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About the Photos

Most of the photos on this site were extracted from reference images (high-resolution tiffs, 20 to 200 megabytes in size) from the Library of Congress research archive. (To query the database click here.) Many were digitized by LOC contractors using a Sinar studio back. They are adjusted by your webmaster for contrast and color in Photoshop before being downsized and turned into the jpegs you see here.

 
 
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VINTAGRAPH • WPA • WWII • EAT MORE FISH, 1917

ER: 1900

ER: 1900

New York circa 1900. "Stewards and nurses, Brooklyn Navy Yard hospital." 8x10 inch dry plate glass negative, Detroit Publishing Company. View full size.

 

Dogs of yesteryear

The two dogs in this pic -- a pit/Staffie and Newfoundland or Newfie cross - were apparently the most popular dogs around back then, along with certain terriers. I come across dogs that look like these over and over again in all my searches of pics of the past.

Old-school scowls

I love the confident body language, posture and facial expressions in old photos. People just don't stand around and scowl like this anymore.

Brute strength still needed

Just a few weeks ago my grown son had to have a big, deeply-rooted back tooth extracted and he was surprised to see that the dentist STILL had to brace himself for leverage and use his own muscle power (with no easy way) to yank that tooth. As for this fascinating photo, the two men with dogs in the front row, center, have GOT to be related, just look at those faces.

A Steady Hand

Given the amputation we recently viewed, and the nature of the instruments used in that procedure, it's clear that physical strength and skill with hand tools was of probably greater importance in surgery 110 years ago than it is now. The invention and implementation of power tools, both in surgery and in carpentry, has dramatically diminished the need for physical strength to succeed in both arenas. Therefore, if I needed an amputation 110 years ago, I'd appreciate seeing that my surgeon was a big, burly guy.

Pugnacity

There sure is a lot of it on display here. Sheesh! Apparently, the photographer shouted "Scowl!" rather than the (now) customary "Smile!".

But, then again, it is Brooklyn and it is (circa) 1900.

Confidentiality out the window

Apparently, they didn't need HIPAA to keep those medical records from falling out of the window.

Clipped

The toe clip on the bike caught me by surprise as I thought it was a more recent invention, but after looking it up apparently they've been around almost since the first bicycles.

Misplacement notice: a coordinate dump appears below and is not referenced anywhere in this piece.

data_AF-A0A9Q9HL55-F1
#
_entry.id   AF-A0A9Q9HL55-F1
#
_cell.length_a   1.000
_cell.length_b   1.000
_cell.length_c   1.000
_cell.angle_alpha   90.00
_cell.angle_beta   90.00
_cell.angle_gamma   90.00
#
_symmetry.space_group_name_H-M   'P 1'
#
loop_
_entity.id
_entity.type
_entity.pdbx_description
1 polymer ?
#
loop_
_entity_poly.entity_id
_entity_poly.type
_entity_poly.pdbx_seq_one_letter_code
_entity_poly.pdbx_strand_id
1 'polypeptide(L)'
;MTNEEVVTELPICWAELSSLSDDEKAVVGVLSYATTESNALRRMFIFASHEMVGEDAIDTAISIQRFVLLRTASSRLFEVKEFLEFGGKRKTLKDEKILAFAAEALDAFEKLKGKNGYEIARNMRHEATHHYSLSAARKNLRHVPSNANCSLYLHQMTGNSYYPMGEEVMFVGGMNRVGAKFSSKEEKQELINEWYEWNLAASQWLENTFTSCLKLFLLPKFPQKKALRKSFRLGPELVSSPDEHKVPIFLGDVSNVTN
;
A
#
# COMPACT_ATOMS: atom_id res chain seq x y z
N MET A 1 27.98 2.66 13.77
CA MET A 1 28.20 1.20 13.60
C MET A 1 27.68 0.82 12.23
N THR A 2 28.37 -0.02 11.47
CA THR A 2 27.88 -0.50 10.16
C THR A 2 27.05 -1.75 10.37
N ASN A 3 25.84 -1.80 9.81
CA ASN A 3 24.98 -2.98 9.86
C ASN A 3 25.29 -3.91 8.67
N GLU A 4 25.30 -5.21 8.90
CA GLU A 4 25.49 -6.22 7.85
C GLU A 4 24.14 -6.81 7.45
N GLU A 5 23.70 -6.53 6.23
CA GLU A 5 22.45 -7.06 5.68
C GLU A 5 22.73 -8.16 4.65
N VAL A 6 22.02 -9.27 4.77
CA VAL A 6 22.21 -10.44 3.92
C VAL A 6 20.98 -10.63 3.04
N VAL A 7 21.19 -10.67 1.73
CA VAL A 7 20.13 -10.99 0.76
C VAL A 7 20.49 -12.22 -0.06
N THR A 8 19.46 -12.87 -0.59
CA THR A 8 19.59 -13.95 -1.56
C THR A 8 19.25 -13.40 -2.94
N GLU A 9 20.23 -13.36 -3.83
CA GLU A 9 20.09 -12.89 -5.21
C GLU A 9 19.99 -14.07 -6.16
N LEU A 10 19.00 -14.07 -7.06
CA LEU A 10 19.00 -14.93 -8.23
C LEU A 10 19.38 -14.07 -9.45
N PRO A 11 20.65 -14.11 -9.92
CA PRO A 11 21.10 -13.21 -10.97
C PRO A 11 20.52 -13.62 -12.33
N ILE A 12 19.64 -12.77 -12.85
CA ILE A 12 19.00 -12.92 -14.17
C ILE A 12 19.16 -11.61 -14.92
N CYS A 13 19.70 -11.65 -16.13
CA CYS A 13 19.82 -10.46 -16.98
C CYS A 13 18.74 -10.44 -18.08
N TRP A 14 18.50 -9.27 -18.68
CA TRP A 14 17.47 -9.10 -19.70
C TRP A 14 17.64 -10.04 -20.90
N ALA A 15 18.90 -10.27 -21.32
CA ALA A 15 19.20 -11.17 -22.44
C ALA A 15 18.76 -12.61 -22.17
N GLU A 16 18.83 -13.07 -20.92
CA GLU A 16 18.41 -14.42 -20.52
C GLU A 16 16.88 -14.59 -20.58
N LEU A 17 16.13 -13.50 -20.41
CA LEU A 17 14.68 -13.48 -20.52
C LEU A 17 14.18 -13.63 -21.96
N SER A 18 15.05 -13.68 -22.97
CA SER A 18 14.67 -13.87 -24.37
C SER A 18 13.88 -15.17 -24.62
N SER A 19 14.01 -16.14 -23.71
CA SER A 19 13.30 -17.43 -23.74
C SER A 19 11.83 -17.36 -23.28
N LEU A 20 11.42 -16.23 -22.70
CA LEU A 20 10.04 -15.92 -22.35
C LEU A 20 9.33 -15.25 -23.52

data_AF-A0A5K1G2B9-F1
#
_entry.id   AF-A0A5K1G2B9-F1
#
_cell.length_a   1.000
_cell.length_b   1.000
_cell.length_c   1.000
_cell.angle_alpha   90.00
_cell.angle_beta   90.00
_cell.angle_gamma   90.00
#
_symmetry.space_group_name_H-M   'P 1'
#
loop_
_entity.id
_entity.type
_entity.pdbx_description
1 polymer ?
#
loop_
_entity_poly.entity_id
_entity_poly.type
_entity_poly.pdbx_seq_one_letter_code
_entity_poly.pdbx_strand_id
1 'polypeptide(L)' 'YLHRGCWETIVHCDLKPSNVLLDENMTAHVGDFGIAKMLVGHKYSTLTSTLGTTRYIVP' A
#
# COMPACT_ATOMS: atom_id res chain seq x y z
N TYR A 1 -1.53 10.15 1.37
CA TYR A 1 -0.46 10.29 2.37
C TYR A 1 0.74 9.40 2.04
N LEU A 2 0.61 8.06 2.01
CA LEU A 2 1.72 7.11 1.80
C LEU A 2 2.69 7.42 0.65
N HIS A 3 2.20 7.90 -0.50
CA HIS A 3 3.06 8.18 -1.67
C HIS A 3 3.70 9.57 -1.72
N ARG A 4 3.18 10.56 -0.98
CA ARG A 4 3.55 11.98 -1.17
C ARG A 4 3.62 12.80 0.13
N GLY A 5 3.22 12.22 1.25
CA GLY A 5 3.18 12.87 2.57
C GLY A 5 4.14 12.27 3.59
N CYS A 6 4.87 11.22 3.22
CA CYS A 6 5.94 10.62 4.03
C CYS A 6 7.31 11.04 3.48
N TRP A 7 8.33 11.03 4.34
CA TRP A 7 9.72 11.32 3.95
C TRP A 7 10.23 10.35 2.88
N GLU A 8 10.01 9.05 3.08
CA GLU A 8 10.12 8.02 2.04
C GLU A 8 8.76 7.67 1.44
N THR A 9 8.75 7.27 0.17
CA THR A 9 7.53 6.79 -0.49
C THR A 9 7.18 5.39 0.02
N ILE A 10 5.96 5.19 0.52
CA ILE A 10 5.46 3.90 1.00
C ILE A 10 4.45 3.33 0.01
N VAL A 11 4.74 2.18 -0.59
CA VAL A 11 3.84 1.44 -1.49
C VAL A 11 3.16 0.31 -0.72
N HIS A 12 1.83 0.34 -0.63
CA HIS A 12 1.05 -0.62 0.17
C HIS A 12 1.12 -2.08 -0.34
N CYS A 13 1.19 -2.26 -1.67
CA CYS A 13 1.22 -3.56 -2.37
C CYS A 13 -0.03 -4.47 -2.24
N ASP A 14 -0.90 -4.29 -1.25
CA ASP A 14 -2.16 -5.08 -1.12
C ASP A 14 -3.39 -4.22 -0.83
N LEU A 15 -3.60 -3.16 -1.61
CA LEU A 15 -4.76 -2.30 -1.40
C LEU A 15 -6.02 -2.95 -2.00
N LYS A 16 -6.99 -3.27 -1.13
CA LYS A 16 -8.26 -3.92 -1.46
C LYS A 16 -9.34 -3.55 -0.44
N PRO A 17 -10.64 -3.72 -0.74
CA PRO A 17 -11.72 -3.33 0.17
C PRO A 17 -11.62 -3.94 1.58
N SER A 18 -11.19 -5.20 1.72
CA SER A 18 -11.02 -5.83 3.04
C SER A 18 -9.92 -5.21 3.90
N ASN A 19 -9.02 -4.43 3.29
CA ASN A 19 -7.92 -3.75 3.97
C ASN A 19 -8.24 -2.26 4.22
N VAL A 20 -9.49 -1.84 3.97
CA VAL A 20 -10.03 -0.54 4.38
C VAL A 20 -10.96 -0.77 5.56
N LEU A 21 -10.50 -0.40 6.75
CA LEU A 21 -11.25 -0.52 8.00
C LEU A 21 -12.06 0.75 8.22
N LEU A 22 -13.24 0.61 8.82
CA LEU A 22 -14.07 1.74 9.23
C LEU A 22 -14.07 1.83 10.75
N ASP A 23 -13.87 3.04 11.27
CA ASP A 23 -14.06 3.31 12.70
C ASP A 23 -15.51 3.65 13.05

Fat guys!

A Shorpy rarity.

The dog on the left

Is pit, one of the most kid-loving dogs around. When this picture was taken, they were one of the most popular dogs in America.

Cool Dogs

I think the one on the right is a Portuguese Water dog.

Be Afraid

"I'm here for your sponge bath ... "

What does the different headgear denote?

I'm guessing the guys in the derby hats were the ones you didn't want attending to you.

Sawbones

That'll be the surgeon then, on the right in the overalls.

In the cusp of change

This motley crew shows the rapidly changing looks and appearance of urban men during this period.

Caps, hats, and bare-headed; turned-up collars, turned-down collars, no collars; vests with lapels, vests with no lapels, no vests; cravats, neckties, bow-ties, no ties; pant cuffs, no cuffs; mustaches & clean-shaven.

Might even be a belt or two underneath those vests and suspenders.

Triage

If you can get past this crowd, the rest of your stay should be smooth sailing.

Happy to see

those two doggies, especially the one on the right. The pups likely did more to comfort the sick than some of those grim customers around them - except for the kid holding the curly dog.

Missing

Where are the women nurses?

Medicine

It was not then (nor is it now) for the squeamish or the weak of heart.

Therapists

I'd be afraid not to get well.

 
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Shorpy.com | History in HD is a vintage photo blog featuring thousands of high-definition images from the 1850s to 1950s. The site is named after Shorpy Higginbotham, a teenage coal miner who lived 100 years ago.

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